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June, 2007

CDC Guiding Principles on Tribal Consultation

Tribal Consultation Policy Statement
The Centers for Disease Control and Prevention (CDC) will honor the sovereignty of American Indian/Alaska Native (AI/AN) Governments, respect the inherent rights of self governance and commit to work on a government-to-government basis.  The CDC will confer with Tribal Governments, Alaska Native Corporations and AI/AN communities, before taking actions and/or making decisions that affect them.  Consultation1 will include  non-federally recognized tribes and AI/AN organizations.

CDC Mission
The mission of the Centers for Disease Control and Prevention is to promote health and quality of life by preventing and controlling disease, injury and disability.   CDC accomplishes its mission by working with partners throughout the United States and the world to monitor health, detect and investigate health problems, conduct applied research to enhance prevention, develop and advocate sound public health policies, implement prevention strategies, promote healthy behaviors, foster safe and healthful environments, and provide leadership and training.

CDC priorities

red arrow Strengthen science for public health action
red arrow Collaborate with health care partners for prevention
red arrow Promote healthy living at all stages of life
red arrow Work with partners to improve global health

CDC Tribal Consultation Policy: Plan for Tribal Input
The CDC draft plan called for a series of regional and national meetings at which tribal leaders would provide input to CDC regarding the final formulation of its official tribal consultation policy. During the summer and fall of 2002, Area Health Boards, tribal coalitions, and regional tribal organizations hosted CDC tribal consultation sessions at 11 sites around the country. Tribal leaders, tribal health directors, urban Indian health program representatives, and other tribal members attended these sessions.

CDC Tribal Consultation Policy: Plan for Tribal Input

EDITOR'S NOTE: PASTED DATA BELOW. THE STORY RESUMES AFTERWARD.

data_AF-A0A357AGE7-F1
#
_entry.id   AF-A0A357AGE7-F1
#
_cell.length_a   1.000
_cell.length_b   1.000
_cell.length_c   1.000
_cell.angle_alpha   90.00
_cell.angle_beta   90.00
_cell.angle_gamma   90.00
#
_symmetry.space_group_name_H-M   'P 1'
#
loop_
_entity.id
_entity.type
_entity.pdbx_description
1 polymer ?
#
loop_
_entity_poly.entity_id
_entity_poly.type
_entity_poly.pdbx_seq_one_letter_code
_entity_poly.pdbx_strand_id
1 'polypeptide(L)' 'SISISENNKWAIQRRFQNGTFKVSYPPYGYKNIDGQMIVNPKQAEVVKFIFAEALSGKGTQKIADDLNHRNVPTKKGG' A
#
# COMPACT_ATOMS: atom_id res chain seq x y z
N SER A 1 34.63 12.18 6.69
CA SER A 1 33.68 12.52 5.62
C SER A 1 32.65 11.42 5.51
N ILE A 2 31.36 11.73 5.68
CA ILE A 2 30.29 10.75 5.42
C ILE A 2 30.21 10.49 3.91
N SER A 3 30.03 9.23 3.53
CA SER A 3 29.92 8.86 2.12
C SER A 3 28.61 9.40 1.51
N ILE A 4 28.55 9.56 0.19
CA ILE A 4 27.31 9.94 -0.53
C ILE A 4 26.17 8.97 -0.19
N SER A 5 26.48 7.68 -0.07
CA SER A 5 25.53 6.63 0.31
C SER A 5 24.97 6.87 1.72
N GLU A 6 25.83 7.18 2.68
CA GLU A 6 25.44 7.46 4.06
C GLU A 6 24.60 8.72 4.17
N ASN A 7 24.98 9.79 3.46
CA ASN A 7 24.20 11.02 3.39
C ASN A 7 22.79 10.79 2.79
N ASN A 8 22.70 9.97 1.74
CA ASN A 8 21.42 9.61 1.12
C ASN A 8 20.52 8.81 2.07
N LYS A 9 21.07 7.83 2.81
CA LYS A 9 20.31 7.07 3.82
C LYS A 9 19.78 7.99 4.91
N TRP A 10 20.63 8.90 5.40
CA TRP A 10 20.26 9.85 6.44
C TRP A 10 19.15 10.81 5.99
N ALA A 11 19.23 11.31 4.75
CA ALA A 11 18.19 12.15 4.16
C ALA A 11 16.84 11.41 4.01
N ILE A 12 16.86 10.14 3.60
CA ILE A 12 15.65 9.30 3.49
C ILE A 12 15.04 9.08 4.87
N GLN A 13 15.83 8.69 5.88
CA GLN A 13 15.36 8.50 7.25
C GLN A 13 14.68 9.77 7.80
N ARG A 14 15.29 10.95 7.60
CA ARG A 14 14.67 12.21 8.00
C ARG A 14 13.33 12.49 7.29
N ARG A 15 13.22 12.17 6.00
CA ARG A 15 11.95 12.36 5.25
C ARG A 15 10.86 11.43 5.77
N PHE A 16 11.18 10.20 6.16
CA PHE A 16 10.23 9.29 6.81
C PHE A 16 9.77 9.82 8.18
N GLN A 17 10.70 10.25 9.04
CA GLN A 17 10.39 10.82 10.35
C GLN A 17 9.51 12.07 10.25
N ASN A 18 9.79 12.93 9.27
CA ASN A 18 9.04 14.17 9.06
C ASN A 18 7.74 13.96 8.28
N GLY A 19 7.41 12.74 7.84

Notification: Publicize widely among American Indian/Alaska Native (AI/AN) constituents that the CDC is developing its Tribal Consultation Policy and is seeking AI/AN input regarding the implementation of that policy.  Publications to target include, but are not limited to:  Indian Country Today; Indian News; NCAI (National Congress of American Indians), NIHB (National Indian Health Board), National Council of Urban Indian Health, Regional Area Health Boards, and AIHEC (American Indian Higher Education Consortium) newsletters; Tribal College Journal; tribal health department newsletters; AI/AN websites, etc.
  Develop presentations/workshops: Wherein CDC senior staff have the opportunity to present Agency intentions and solicit input from elected tribal leaders regarding the content, steps, and program needs for CDC’s Tribal Consultation Policy. 

These presentations/workshops would be held in conjunction with established national and regional AI/AN meetings as outlined below:

    National Meetings:
National Congress of American Indians
National Indian Health Board
National Council of Urban Indian Health
Executive Leadership Council of the IHS
National Self-Governance Advisory Committee
    Regional Health Board Meetings:
Aberdeen Area
Alaska Area
Albuquerque Area
Billings Area
Bemidji Area
California Area
Nashville Area
Navajo Area
Oklahoma Area
Phoenix Area
Portland Area
Tucson Area
(The CDC will invite all Tribal leaders and representatives within the each respective region whether or not they are affiliated with the Area Health Board or National Organization.)
  Upon completion of the national/regional meetings, a draft tribal consultation implementation document will be prepared and submitted to tribal governments, NIHB, and NCAI, for review and final comment.  Thereafter, the finalized document will be presented to NCAI for final approval by resolution.  Once this resolution is enacted, the final document will be published in the Federal Register, posted on appropriate federal and AI/AN websites, and made widely available to AI/AN governments and organizations.

  1The Department of Health and Human Service's definition of consultation is, “an enhanced form of communication which emphasizes trust, respect and shared responsibility.  It is an open and free exchange of information and opinion among parties which leads to mutual understanding and comprehension.  Consultation is integral to a deliberative process which results in effective collaboration and informed decision making.”



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